Trek 2008 - Pet Peeves
Trek 2008 Ė Pet Peeves
By Cheryle M. Touchton
The Pocket Full of Quarters Lady
How can you say to your brother, 'Brother, let me take the speck out of your eye,' when you yourself fail to see the plank in your own eye? You hypocrite, first take the plank out of your eye, and then you will see clearly to remove the speck from your brother's eye. Luke 6:42 NIV
Do you have pet peeves? I know you do because Iíve heard you express them as I travel. It is an election year and Iíve had so many political opinions offered that my head hurts. Once people hear I am a Christian missionary, they offer opinions about church in general, famous or successful churches, religions and or denominations, Christian writers, and church leaders. It is interesting that most of these opinions are negative. The dictionary says a pet peeve is a particular and often continual annoyance and I recognize them when people pontificate on a subject without leaving any room for contrary opinions.
I have three main pet peeves. Iíll admit they are pet peeves but when I witness them, it hurts my heart and I feel the need to put a stop to it. These pet peeves all revolve around disrespect. In thinking about the brother of the prodigal son, I realized that when people show the kind of disrespect I am talking about, it reminds me of the haughty know-it-all attitude of the big brother of the prodigal son. He was lost in a sea of resentment and self-righteousness that destroyed the pleasure of his brotherís homecoming.
Iíll tell you my three pet peeves in order of their importance to me. The first is minor compared to the other two. I enjoy football teams and cheer enthusiastically for my team. I cannot abide it when fans boo the opposing team or a player having an off day. In short Ė I find booing at ball games disrespectful and Iíve been known to take on a fan or two about it. These angry self-righteous fans do not seem to be having much fun themselves and are ruining the pleasure for the surrounding fans.
My second pet peeve is about disrespecting the President of the United States. I do not like people disrespecting my President in my presence and I usually tell them so. Regardless of my own personal politics, I believe in being respectful of the office and the man. If Iím concerned about a decision or action of the President, I pray about it and may not vote for them again but I am loyal to my Commander in Chief by speaking positively or remaining silent. I fight for the candidate of my choice prior to election, give the elected president my full support Ė regardless of the political party, and am not shy about encouraging others to do the same. Like our super star Ė the smug big brother of the prodigal Ė these self-righteous complaining United States citizens are assuming their ideas and opinions are better and more educated than men and women who have dedicated their life to the understanding and running of our country.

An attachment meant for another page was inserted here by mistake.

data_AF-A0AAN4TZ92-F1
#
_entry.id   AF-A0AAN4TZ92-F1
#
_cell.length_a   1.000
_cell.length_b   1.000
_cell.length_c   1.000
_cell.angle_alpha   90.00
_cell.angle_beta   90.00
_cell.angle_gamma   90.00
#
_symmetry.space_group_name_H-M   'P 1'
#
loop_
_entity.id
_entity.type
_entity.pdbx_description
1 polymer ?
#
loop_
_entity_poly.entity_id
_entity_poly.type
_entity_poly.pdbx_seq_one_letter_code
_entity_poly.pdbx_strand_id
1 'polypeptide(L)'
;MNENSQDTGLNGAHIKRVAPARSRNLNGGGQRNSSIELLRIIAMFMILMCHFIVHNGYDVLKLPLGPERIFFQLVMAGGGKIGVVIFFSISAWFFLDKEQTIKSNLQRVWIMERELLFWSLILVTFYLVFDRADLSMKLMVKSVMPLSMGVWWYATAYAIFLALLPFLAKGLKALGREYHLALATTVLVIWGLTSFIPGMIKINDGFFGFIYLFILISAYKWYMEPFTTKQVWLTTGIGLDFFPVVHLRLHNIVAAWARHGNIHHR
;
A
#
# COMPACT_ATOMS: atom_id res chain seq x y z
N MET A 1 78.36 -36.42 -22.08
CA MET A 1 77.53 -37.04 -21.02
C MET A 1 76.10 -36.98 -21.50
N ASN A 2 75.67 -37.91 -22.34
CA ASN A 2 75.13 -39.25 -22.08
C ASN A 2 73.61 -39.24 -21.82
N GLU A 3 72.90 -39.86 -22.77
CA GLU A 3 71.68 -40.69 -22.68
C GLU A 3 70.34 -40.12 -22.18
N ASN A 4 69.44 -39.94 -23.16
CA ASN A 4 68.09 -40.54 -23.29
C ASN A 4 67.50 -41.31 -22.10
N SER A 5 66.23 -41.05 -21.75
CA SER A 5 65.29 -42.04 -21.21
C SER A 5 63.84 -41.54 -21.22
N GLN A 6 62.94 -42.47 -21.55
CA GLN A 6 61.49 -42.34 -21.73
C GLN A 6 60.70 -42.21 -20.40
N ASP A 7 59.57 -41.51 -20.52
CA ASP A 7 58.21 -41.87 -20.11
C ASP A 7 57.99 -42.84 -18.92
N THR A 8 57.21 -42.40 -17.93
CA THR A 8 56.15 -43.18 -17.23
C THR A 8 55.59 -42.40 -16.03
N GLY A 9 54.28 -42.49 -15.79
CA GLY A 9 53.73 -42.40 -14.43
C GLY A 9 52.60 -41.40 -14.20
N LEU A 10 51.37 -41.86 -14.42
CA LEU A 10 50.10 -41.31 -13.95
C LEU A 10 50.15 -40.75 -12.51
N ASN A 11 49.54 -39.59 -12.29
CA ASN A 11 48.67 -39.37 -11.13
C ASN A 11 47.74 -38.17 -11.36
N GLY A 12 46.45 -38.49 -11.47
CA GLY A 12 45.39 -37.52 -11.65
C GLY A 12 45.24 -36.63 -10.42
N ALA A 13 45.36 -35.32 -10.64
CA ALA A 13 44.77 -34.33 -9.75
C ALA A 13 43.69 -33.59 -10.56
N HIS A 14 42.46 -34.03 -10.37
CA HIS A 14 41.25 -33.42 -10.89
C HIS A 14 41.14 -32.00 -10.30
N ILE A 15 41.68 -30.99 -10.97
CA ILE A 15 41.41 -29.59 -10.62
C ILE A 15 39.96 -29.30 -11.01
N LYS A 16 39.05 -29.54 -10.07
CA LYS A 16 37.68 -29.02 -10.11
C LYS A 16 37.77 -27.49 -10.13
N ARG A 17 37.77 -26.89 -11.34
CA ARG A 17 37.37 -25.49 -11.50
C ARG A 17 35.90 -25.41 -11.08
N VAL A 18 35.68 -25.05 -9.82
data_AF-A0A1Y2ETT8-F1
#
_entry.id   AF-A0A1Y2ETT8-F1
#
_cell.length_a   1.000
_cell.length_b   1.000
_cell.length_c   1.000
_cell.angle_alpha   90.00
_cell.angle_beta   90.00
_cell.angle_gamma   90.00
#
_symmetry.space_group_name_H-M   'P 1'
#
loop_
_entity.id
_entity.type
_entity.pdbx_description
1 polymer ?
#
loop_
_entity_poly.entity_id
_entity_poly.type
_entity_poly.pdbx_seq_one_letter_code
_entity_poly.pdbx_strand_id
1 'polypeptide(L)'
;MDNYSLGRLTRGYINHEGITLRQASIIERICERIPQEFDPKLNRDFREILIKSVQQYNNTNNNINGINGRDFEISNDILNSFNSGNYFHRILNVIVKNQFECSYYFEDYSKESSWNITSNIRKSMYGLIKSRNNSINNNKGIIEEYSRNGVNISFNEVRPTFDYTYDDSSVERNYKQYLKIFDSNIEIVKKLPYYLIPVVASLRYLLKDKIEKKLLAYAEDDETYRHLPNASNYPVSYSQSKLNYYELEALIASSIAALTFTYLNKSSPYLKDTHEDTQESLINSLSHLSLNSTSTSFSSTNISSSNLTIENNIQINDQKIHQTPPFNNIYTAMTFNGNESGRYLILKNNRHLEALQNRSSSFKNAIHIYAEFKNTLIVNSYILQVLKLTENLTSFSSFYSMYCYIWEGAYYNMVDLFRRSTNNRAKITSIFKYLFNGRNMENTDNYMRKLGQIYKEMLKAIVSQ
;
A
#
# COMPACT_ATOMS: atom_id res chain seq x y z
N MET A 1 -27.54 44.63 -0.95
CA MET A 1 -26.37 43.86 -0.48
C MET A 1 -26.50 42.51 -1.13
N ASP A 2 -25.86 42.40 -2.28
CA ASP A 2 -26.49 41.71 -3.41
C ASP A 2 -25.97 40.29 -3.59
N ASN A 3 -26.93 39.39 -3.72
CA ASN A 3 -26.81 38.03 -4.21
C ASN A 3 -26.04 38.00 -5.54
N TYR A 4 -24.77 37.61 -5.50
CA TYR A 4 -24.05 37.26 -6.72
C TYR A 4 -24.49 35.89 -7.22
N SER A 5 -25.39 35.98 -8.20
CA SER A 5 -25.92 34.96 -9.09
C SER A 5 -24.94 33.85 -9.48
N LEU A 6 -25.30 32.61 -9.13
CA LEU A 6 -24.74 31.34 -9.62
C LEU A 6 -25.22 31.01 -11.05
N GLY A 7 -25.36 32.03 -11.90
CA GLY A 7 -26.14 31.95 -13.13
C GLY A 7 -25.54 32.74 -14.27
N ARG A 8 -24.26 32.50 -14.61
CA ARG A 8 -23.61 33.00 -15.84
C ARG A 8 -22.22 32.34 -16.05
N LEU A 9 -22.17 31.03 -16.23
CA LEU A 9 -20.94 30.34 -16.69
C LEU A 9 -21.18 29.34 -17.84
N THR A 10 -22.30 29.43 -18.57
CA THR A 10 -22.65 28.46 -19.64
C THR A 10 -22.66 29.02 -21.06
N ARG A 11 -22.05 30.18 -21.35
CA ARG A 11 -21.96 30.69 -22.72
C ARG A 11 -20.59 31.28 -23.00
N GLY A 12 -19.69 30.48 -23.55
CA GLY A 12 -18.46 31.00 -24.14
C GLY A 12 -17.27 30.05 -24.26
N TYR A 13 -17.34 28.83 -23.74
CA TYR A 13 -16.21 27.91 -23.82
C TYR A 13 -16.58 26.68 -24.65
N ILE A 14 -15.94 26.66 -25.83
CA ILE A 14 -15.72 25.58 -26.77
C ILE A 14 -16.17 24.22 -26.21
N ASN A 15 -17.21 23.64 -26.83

The third pet peeve is about disrespecting Christian churches and church leaders. I have fallen in love with Christís bride, regardless of the size, religion, denomination, race, or culture. The battles that go on between sincere Bible believing Christian churches break my heart and I cannot remain silent about it. Iíve heard negative words like happy clappy, hell fire and damnation, and obsessed with evangelism to describe men of God who are doing their best to deliver Biblical messages God has called them to focus on. People toss about stereotypical words like prosperity ministry, charismatic, evangelical, liturgical, and holy rolly in pompous attempts to categorize Christian churches and make it clear which one is right and how misguided the others are. All of the criticisms are supposedly Bible based, which confuses me since we all read the same Bible and that Bible tells us not to gossip and complain. I want to shout from the mountaintops that if we focus on loving God and others, there would be no room for disrespecting the bride of Christ and servants of God.
But alas, everything Iíve ranted about are just pet peeves and as such, they are judgmental and pompous. My resentment and criticism of the behavior of others implies I am better than the people I am criticizing. In short Ė I too am like the lost big brother of the prodigal son. The Bible labels me a hypocrite and asks why I try to take the speck out of someone elseís eye when I have a plank in my own eye. Perhaps my own plank is blurring my vision. Iím confessing this to God and you and commit to work on taking that plank out of my eye but in the mean time, if you have football seats near me and I hear booing, youíd better watch out.
Cheryle M. Touchton is the Director of Pocket Full of Change Ministries. For more information or to schedule a speaker for an event, go to www.pocketfullofchange.org or call Gail Golden at 904 316-5462.
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